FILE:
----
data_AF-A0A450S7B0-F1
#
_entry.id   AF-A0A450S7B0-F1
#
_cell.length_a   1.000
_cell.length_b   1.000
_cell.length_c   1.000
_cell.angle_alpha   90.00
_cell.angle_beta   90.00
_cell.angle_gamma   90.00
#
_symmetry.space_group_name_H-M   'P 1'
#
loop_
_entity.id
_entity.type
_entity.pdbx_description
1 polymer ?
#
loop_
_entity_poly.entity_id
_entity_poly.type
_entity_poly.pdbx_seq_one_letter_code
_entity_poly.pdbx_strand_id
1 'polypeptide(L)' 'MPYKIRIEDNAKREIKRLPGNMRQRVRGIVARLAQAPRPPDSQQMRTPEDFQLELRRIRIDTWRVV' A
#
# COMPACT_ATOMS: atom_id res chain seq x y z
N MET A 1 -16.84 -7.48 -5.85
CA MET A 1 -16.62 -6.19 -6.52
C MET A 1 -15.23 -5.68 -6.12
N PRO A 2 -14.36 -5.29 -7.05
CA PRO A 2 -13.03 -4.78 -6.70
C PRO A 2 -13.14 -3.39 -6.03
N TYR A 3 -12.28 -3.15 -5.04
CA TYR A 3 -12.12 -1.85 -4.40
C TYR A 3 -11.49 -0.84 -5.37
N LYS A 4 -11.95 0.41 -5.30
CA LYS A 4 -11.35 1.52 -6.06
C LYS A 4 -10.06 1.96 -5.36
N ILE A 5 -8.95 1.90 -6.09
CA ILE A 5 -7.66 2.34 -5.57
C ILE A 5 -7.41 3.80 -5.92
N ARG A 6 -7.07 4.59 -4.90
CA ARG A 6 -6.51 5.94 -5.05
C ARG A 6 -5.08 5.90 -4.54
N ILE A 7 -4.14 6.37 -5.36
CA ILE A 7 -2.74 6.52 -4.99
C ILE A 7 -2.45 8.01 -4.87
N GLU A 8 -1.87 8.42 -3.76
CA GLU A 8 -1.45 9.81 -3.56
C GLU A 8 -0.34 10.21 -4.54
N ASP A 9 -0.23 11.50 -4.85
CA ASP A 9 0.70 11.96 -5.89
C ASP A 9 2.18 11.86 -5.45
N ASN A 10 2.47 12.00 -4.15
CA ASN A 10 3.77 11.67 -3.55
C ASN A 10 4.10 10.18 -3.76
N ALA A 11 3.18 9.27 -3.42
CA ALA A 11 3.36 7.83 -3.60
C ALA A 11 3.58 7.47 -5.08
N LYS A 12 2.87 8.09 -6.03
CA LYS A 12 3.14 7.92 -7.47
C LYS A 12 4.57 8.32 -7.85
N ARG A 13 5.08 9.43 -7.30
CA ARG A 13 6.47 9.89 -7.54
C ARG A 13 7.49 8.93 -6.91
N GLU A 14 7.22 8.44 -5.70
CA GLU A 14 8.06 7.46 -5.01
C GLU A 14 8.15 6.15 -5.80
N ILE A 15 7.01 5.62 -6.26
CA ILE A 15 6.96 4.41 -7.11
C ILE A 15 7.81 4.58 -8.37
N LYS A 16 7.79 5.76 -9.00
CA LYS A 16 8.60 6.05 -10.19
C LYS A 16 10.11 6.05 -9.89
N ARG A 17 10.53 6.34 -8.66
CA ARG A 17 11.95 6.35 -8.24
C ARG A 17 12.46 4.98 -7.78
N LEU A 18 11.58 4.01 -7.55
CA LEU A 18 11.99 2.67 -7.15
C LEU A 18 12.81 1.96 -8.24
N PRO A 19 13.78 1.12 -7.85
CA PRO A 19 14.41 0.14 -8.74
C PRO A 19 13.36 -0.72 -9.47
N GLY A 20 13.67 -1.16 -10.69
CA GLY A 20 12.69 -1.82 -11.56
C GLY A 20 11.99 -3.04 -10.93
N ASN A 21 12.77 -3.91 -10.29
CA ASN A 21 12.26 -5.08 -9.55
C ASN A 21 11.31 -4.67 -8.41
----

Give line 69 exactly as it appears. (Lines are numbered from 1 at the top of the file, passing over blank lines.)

C GLU A 14 8.15 6.15 -5.80